Real-life example of a completed Three Houses, used with permission from CASA Child Advocates of Montgomery County.
The Three Houses tool is a tool we use in Collaborative Family Engagement (CFE) as a way to help a person articulate what is currently working well in their lives (House of Good Things), what they are worried about (House of Worries) and what they dream about (House of Dreams).
While this tool can be useful for people of any age, it can be an especially handy exercise for CASA volunteers to do with children, as it can help them express complicated feelings, needs and desires.
From the creators of the tool: “The Three Houses tool is intended to help bring the voice of children, adults, young people, and families more fully into information gathering processes, assessments, and plans. It contains a simple graphic of three houses which are used to help individuals and families externalise and explore what is happening in their lives, particularly in relation to danger and harm, safety factors, and their hopes and dreams.”
When completing the tool, some people draw pictures in their three houses and some prefer to write—often there will be a little of both. You can also personalize the three images to appeal a young person’s interests. A train with three cars, or a pasture with three horses, three planets in space… the possibilities are endless! Whatever the maturity level, preferences and interests of the person completing the tool, the most important thing is to make sure they feel safe, comfortable and in control.
Some sample questions to help guide the person filling out the activity:
- House of Good Things: What is good in your life right now? What people, or things, make you happy? What is good about your foster home? Who are the people in your family you like spending time with, and why?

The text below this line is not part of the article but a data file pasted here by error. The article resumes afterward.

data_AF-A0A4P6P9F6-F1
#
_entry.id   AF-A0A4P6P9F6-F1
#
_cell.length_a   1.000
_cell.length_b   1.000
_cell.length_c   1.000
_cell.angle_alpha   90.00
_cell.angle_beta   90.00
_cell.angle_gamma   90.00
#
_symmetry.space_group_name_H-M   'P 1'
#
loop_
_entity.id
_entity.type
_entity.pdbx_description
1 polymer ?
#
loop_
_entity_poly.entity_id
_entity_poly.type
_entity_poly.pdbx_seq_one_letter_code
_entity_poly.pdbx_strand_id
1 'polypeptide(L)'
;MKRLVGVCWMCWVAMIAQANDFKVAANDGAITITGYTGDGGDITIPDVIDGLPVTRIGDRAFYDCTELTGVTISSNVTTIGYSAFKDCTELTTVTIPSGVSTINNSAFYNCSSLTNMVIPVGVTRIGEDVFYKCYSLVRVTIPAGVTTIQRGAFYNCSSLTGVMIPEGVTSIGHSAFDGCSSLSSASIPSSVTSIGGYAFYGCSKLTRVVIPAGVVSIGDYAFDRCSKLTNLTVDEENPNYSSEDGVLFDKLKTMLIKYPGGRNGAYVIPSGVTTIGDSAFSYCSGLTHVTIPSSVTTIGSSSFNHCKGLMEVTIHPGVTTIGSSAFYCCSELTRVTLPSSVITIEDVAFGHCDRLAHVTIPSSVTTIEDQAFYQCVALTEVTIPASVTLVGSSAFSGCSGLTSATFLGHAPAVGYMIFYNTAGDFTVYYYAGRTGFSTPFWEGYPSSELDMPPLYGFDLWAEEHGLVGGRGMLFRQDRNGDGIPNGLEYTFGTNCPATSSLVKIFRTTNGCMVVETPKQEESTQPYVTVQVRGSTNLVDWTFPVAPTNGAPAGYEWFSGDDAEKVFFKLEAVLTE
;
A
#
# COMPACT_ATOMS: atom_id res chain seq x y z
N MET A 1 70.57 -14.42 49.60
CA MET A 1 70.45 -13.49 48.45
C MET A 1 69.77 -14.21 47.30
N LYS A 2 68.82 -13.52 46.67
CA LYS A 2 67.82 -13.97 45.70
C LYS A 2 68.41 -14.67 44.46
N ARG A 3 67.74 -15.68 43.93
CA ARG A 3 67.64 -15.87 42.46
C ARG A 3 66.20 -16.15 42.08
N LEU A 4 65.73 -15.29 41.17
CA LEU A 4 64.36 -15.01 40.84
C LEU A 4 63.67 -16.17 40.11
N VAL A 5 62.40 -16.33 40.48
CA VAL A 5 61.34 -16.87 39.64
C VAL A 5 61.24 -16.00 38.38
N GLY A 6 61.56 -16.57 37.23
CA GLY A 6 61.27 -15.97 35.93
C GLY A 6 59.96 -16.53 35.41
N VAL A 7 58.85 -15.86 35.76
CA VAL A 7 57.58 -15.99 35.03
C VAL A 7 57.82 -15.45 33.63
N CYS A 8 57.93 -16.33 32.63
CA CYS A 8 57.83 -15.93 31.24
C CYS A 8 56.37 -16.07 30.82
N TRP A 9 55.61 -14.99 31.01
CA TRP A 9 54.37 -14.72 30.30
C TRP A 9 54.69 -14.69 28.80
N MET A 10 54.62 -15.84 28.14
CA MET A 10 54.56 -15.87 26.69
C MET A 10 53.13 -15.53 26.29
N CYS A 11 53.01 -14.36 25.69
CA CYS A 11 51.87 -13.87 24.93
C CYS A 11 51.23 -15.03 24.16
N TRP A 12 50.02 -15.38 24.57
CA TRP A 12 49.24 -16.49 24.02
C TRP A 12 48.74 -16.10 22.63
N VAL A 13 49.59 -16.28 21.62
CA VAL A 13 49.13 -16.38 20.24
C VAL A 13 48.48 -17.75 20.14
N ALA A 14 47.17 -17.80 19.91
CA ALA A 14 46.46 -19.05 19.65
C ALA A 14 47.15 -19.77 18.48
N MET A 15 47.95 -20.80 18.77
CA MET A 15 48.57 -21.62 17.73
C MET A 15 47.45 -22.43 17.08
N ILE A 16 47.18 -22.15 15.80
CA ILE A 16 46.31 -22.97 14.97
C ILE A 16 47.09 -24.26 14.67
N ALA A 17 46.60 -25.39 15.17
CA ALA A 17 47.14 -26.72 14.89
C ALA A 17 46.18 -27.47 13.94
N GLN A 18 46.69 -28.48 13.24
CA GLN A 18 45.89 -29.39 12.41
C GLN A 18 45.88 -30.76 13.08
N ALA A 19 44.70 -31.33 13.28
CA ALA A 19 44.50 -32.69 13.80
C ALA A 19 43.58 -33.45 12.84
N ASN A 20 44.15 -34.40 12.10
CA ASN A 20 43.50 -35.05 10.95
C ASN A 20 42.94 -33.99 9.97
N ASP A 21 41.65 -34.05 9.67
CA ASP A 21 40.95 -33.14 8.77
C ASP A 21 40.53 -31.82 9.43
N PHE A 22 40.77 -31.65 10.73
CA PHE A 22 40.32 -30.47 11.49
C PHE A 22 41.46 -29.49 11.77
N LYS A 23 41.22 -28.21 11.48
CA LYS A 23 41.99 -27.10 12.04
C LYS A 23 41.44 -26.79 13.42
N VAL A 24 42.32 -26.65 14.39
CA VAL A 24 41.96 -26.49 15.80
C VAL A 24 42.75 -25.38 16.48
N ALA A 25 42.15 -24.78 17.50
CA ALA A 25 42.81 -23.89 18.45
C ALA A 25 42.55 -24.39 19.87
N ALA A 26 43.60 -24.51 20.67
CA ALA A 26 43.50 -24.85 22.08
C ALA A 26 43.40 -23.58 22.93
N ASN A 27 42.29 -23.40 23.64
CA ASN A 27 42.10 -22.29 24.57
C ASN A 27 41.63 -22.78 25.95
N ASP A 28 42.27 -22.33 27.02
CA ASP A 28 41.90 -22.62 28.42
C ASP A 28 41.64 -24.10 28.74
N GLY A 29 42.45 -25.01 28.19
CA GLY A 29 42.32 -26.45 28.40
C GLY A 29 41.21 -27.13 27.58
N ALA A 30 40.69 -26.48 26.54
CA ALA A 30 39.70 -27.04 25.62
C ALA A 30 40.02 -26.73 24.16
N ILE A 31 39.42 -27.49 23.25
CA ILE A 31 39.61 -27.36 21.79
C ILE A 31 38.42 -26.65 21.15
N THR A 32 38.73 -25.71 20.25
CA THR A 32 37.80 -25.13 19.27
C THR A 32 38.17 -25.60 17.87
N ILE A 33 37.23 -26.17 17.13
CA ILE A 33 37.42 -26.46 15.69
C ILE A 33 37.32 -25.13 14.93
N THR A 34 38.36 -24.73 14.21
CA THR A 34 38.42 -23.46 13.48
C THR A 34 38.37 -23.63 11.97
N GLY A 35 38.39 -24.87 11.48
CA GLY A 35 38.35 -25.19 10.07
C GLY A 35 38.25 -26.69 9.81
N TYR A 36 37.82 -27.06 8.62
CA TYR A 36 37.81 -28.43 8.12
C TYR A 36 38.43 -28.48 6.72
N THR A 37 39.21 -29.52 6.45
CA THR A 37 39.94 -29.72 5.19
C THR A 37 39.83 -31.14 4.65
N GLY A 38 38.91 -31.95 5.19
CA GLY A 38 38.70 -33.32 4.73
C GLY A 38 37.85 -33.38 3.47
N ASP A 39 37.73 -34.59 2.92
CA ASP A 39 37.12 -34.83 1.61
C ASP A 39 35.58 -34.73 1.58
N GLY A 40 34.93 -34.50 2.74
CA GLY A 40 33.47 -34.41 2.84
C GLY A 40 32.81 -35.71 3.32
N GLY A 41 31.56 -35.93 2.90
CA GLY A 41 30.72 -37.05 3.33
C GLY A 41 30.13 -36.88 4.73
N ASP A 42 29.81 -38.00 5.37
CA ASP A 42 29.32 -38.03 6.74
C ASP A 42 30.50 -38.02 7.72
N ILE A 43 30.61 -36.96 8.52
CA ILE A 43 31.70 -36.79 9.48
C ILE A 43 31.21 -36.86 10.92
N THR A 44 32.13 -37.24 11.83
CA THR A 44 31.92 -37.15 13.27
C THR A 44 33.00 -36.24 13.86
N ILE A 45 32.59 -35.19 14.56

- House of Worries: What are you worried about? What’s going on in your life that doesn’t make you feel so good? Is there anything that’s making you feel sad, or scared, or worried at school? What about at your foster home? Can we put those in your house of worries?
- House of Dreams: What are your hopes for the future? What are the important things you want to have happening in your life? If all of the worries were gone, what would you want your life to look like?
You can find additional sample questions, including more advanced questions for older youth and adults, in this guide.
Wondering which house to start with? We recommend leaving it up to the individual completing the tool. Once you get started, you might jump back and forth between houses, too—this is perfectly fine and natural. Keep a spirit of curiosity. If you can’t tell what a drawing is supposed to be, don’t try to interpret it. Ask something like: Can you explain what’s happening in this picture for me? Ask them if it’s okay if you add a note next to the picture explaining what it is. Most importantly, let them lead the way!
The Three Houses tool was developed by Nicki Weld and Sonja Parker. Click here for their in-depth guide on the tool and how to use it. You can also learn more about the Three Houses tool and other tools used in Collaborative Family Engagement (CFE) in our CFE Pocket Guide!